Walker begins with a general thesis that, “The human race is composed of two groups of people: in one group are those who seek power, by fair means or (preferably) foul, and in the other group are the rest of us, normal and decent people who wish to live our lives without owning other people’s bodies, minds, works and souls.” In this, he groups all power hungry people together, in much the same manner as Objectivists and Libertarians do. After attacking the “left-right” dichotomy as meaningless, he attempts to project much of modern political conflict as a war against Jews and Christians because their faith is based on certain ethical and moral principles which interfere with the power hunger which characterizes authoritarian systems, and social trends that lead to them. These social trends and power-oriented systems he calls Sinisterism, defined as a religion of no God, at war with true faith.


Much of what Walker is addressing is stated in the phrase, “Secular Religion of the Lie,” which forms part of his title. Where this seems directed is the simple fact that in order to obtain and then maintain power, rulers need to use deception. This is illustrated first by reference to George Orwell’s 1984, with its famous government motto including “Freedom is Slavery.” His point is simply that by changing the meaning people attach to words or concepts you change their thinking and their view of the world. Do it effectively enough and you have control of the population. An unfortunately brief discussion of how this was used in the USSR follows, and there is, at this point, little address to how it has been used in the United States along with the decline in educational standards and moral relativism. Both of these topics deserve greater exposition in the 21st century context.


Instead, Walker takes us into the world of the 20th century power cults of Hitler, Mussolini, and Stalin, with particular emphasis on Nazi Germany and Fascist Italy. In this he shows how much of the historical record has been muddied by educators and historians who ignore works penned during the 1930’s which show that what many of us have been led to believe about these regimes is not true. Nazis are not Fascists, and Nazi Germany was not always Stalin’s deadly enemy. The German-Soviet non-aggression pact then falls neatly into place and the power hunger of the political systems, which were so similar under their different surfaces, becomes obvious.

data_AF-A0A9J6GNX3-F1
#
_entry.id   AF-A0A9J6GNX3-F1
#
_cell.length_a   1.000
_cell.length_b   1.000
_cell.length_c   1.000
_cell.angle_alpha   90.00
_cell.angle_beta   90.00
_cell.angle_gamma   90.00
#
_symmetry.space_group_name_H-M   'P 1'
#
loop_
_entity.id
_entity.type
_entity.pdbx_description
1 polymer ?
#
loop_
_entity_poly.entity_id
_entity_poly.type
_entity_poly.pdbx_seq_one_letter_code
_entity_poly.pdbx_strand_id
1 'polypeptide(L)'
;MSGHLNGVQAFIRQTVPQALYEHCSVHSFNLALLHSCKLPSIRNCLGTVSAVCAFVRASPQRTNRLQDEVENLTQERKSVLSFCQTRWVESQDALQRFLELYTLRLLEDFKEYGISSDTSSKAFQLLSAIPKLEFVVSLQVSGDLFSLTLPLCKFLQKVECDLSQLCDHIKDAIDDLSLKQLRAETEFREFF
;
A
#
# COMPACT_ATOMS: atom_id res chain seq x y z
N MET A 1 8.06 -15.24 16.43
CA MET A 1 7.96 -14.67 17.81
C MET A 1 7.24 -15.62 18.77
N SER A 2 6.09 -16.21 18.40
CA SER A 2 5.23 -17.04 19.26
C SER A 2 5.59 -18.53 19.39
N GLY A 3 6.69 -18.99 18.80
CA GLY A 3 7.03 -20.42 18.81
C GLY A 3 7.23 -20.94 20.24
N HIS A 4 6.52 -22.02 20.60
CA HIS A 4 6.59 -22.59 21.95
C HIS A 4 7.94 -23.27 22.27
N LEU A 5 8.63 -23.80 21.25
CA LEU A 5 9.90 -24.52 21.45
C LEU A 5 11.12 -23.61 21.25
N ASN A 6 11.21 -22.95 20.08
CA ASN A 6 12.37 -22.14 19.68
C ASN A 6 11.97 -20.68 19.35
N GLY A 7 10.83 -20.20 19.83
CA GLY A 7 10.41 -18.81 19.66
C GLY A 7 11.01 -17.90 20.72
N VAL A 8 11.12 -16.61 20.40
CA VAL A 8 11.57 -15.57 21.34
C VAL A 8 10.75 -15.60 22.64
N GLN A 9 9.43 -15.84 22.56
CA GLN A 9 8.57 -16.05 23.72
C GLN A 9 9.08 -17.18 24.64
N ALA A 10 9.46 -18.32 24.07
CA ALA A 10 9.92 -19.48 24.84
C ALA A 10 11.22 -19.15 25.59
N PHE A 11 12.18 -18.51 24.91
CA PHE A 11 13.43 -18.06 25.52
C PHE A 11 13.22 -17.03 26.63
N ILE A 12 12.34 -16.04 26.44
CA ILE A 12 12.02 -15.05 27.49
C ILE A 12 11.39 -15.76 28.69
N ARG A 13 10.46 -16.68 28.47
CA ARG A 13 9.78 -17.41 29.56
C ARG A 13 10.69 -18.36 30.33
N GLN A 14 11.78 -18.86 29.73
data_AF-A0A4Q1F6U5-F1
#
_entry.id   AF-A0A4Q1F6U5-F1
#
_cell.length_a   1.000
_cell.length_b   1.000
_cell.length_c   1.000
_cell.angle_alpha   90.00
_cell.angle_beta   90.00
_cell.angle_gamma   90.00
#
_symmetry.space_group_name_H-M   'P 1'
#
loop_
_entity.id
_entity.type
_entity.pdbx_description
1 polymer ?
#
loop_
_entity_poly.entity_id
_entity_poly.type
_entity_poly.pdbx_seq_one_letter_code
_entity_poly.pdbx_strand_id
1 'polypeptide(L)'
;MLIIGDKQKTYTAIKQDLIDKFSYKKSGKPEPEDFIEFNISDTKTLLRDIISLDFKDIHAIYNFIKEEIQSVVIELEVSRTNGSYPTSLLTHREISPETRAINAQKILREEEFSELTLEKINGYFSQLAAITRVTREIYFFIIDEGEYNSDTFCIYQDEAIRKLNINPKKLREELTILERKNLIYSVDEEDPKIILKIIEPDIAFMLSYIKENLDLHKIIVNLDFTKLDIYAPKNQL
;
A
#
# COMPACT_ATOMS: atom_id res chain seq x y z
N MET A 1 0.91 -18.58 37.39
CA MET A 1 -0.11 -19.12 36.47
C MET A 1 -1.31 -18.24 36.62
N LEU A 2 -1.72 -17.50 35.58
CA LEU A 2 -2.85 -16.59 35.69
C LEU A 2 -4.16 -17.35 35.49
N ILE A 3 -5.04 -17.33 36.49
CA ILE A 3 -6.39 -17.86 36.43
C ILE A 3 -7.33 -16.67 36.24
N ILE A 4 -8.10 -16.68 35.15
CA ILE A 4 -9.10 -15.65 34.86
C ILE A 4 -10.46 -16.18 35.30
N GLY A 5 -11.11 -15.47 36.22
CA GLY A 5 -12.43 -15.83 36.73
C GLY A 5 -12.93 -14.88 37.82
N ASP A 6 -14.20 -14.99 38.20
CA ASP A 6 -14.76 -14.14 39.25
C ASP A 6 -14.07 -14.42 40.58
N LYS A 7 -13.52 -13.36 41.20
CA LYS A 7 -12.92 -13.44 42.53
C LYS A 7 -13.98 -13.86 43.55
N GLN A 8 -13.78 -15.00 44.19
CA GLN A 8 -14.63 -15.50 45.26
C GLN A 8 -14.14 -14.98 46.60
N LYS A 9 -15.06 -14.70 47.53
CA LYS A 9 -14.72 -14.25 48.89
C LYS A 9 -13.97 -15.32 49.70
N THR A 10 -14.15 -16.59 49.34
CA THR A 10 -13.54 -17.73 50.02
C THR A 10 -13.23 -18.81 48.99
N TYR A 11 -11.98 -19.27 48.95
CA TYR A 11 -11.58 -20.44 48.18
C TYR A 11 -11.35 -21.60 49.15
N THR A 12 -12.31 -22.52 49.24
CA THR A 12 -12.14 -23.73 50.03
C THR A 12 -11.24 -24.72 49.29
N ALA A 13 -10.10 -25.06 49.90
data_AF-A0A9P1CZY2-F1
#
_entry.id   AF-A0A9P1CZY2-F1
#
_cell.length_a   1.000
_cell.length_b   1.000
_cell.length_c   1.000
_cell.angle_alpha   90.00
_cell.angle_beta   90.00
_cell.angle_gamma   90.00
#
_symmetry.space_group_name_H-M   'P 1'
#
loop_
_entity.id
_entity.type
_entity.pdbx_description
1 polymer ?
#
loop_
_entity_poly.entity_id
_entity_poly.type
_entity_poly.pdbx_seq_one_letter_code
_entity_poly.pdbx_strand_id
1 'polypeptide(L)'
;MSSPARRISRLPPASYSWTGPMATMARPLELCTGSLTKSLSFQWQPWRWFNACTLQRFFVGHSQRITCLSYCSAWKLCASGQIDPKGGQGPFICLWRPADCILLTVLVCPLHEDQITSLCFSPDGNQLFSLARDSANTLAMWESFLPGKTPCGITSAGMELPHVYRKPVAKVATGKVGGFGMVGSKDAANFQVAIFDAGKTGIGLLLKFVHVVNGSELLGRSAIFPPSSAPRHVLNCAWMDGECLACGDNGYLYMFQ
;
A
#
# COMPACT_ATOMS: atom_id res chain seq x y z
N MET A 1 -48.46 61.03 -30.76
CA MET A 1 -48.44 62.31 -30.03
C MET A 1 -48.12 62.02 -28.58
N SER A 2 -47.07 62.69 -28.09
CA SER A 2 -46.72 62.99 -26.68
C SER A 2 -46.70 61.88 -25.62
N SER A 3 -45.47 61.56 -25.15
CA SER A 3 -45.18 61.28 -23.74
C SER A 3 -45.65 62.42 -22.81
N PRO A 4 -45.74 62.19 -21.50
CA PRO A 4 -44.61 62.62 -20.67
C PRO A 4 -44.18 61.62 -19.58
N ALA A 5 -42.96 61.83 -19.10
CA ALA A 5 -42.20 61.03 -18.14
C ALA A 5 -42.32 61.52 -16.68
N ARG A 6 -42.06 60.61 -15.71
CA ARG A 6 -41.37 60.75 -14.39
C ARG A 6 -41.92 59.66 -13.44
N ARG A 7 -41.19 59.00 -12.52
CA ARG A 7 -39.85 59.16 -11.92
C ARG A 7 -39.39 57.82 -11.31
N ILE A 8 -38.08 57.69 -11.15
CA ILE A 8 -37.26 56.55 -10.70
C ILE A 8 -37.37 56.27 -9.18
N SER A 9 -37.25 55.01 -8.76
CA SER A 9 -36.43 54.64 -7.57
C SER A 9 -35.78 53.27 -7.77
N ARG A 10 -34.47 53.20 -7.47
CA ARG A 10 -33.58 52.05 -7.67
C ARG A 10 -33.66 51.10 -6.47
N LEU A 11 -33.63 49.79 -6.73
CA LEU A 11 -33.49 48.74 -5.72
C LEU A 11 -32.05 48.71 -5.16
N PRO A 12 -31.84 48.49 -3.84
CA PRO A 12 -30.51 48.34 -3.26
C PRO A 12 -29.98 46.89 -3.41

After discussing these topics in great detail, Walker next begins an examination of the Judeo-Christian relationship throughout history, beginning with Rome and taking it through the Middle Ages and finally to Europe during WWII. As a realist, he asserts that Jews and Christians are no different than other people, able to do right and wrong, to make mistakes and correct themselves. He suggests that on balance, there has been more good than bad, which is in all probability correct. Particularly important is his treatment of the position of the Catholic Church during the Middle Ages, which differed from that of political opportunists and mob leaders. He also discusses briefly the myth of toleration in Moorish Spain, the role of Christians in scientific developments, and their contributions to the rise of the modern scientific method.


Even more important is the section containing Walker’s discussion of how the decline in Christian faith and rise of immorality during the late 19th and early 20th centuries allowed Nazism to rise to power. He takes great care to detail how the Nazis persecuted Christians as well as Jews, because at its core Nazism was a secular religion, worshiping man, instead of God. Walker also illustrates the close connection between Nazism, Islam, and to a certain extent, militant Hinduism. This discussion leads to an examination of issues of good and evil in society, and why psychology is the wrong approach for examining the behavior of people such as Hitler. While this again bogs down in some historical examinations, it later moves on to the relationship between power and abuse, which is at the heart of the matter. This culminates in a discussion of why power-intensive regimes dislike Judeo-Christian Religion, and the means by which they propagate the myths of hatred for their own purposes.

Walker concludes with coverage of the Judeo-Christian relationship in America, some important facts concerning the Puritans, and the relationships between several founding fathers and Judaism and Christianity.


Sinisterism: Secular Religion of the Lie
ISBN: 1598002694
Publisher: Outskirts Press
Publication Date: 01/2006
320 pgs., pbk.